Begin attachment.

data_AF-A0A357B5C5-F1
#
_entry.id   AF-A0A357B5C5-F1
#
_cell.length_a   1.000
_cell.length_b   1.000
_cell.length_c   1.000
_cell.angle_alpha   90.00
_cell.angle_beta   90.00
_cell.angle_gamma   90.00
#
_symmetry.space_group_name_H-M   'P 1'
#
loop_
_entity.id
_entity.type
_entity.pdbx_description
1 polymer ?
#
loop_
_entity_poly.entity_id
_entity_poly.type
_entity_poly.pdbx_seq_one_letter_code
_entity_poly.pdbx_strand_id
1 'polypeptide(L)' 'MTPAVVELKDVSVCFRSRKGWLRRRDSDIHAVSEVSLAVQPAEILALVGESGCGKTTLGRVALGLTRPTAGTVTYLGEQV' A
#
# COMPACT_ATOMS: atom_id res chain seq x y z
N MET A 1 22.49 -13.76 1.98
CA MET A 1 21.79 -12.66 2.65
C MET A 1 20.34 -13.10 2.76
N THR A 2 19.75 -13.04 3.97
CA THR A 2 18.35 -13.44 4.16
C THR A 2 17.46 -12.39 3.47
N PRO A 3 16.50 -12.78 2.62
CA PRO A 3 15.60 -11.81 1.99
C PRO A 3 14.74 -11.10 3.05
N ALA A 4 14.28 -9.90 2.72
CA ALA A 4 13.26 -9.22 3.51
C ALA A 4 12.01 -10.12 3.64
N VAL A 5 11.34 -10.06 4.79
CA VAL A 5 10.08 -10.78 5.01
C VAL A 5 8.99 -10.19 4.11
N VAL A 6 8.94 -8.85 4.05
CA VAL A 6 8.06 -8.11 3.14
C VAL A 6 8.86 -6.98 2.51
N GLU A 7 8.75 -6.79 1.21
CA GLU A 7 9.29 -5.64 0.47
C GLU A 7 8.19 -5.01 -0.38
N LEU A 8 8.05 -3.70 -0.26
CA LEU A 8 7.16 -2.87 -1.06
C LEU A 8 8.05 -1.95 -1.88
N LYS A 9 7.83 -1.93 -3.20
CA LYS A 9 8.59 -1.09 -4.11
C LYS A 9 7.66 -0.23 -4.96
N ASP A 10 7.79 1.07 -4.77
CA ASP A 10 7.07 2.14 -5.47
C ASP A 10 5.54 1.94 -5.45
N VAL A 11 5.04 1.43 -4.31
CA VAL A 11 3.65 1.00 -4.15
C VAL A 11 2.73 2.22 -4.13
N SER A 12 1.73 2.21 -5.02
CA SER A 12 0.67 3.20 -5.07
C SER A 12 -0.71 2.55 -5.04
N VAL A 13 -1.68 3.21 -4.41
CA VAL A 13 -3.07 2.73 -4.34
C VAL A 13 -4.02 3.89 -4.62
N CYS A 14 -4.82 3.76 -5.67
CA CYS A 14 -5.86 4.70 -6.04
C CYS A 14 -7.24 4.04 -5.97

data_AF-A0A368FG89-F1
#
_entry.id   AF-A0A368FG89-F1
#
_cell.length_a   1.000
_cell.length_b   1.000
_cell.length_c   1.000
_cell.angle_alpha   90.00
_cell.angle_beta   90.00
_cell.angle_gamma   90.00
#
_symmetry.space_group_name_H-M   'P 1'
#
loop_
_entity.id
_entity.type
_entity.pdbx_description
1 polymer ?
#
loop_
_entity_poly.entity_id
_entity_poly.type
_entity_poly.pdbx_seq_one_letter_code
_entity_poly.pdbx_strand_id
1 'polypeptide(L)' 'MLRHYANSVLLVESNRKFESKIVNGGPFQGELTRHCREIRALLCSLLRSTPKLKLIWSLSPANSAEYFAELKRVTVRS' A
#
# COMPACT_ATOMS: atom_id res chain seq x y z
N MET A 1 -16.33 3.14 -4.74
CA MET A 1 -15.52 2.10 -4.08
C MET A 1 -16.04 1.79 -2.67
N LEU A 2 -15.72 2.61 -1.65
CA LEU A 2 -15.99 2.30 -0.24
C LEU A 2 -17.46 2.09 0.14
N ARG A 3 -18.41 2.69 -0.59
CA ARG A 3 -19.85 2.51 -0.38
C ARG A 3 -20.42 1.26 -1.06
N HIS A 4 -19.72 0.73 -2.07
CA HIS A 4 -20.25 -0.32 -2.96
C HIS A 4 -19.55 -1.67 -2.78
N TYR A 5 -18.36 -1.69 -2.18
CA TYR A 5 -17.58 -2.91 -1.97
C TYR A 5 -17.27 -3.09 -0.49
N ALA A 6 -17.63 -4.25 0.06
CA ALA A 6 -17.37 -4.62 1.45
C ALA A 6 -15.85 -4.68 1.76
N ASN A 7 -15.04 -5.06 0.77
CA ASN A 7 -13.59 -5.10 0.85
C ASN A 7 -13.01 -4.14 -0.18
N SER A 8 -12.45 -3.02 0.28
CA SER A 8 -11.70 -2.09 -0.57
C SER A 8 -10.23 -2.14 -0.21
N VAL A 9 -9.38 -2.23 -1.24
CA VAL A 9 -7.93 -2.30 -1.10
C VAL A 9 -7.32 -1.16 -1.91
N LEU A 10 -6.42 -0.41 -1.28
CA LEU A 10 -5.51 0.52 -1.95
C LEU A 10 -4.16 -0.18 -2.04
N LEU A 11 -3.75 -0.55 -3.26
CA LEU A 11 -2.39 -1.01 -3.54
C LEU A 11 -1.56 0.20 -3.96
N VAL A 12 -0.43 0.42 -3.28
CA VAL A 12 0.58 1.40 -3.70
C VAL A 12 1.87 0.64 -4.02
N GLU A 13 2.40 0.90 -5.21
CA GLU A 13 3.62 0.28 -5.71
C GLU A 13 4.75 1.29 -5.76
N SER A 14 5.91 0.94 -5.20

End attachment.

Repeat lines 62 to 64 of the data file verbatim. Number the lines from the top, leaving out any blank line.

CA SER A 12 0.67 3.20 -5.07
C SER A 12 -0.71 2.55 -5.04
N VAL A 13 -1.68 3.21 -4.41